Users fail to understand utility computing

Many vendors are beginning to tout the utility computing in the Middle East, whereby users can purchase capacity on demand. However, local users are having difficulty getting to grips with model, let alone implementing it.

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By  Matthew Southwell Published  August 27, 2003

While users may not fully understand how electricity gets to their PCs or water to their taps, they accept that these things will be there because they are a utility.

Unlikely as it seems, this kind of delivery is now being touted for IT and a number of the industry's large vendors, including HP and IBM, are promoting a vision of the flexible IT infrastructure that enables businesses to purchase capacity on demand.

Furthermore, rather than being confined to just niche areas of IT, advocates of utility computing believe it can be applied to anything ranging from CPUs and storage through to software.

HP, for instance, is already touting its Adaptive Enterprise strategy within the Middle East, while Big Blue firmly believes real world usage of the model is just around the corner.

“We are moving towards e-sourcing, where the customer gets it [IT] done in a standard way,” says Siamak Kia, regional manager of e-hosting and strategic outsourcing, IBM Global Services, Middle East, Egypt & Pakistan.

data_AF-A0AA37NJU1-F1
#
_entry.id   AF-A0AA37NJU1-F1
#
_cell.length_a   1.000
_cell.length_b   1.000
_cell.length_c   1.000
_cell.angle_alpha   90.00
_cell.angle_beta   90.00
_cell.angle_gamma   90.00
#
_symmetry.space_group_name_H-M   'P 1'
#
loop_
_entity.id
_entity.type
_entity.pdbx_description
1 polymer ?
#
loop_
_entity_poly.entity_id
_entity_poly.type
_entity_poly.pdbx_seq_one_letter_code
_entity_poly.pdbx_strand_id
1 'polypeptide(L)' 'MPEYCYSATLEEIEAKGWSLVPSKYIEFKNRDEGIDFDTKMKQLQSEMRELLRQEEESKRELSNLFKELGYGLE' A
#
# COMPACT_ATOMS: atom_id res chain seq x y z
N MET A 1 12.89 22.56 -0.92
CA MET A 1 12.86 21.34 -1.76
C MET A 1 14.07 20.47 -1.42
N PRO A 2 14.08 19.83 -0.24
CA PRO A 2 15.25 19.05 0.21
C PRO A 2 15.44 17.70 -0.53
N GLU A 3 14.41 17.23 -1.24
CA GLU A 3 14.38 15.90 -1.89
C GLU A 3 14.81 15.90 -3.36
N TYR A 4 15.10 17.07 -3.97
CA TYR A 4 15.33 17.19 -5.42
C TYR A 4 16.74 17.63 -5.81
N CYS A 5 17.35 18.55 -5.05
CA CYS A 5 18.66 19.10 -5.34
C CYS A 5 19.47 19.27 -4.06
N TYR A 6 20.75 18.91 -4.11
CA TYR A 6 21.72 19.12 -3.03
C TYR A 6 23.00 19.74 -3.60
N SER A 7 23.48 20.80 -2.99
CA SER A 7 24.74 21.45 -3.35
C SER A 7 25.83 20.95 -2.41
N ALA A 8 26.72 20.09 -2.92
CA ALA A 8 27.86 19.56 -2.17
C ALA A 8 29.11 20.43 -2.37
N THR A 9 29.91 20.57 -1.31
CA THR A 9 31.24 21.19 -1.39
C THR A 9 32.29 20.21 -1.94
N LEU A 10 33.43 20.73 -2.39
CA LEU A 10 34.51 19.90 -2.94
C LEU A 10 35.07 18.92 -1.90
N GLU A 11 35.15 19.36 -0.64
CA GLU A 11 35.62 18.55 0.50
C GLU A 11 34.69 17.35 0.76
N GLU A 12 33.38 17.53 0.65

“We are seeing a lot of interest in infrastructure on demand, even in this region, and especially for things like bandwidth where companies need to be flexible,” he adds.

Stratos Sarissamlis, international vice president with Meta Group’s service management strategies service, confirms that computing on demand is the next step. He also says that certain technologies that help facilitate this model are already available today.

“Although we don’t have on demand computing yet, companies like HP, Sun, and IBM are working on the technology aspect, and some of it is being released in a piecemeal fashion,” Sarissamlis explains.

However, before the vendors’ enthusiasm for utility computing translates into implementations, it appears as though a serious education process is called for. Evidence of this comes from an itp.net spot poll, which revealed that 57% of the region’s users don't even understand it.

Meta Group supports this view, claiming that few businesses will embrace the utility computing paradigm until 2006, due to low market awareness of both the technology and the fundamental shift in IT management and purchasing the utility model requires.

“Companies are just learning about these computing models, they are not moving there,” confirms Corey Ferungul, vice president of operations strategies at Meta Group.

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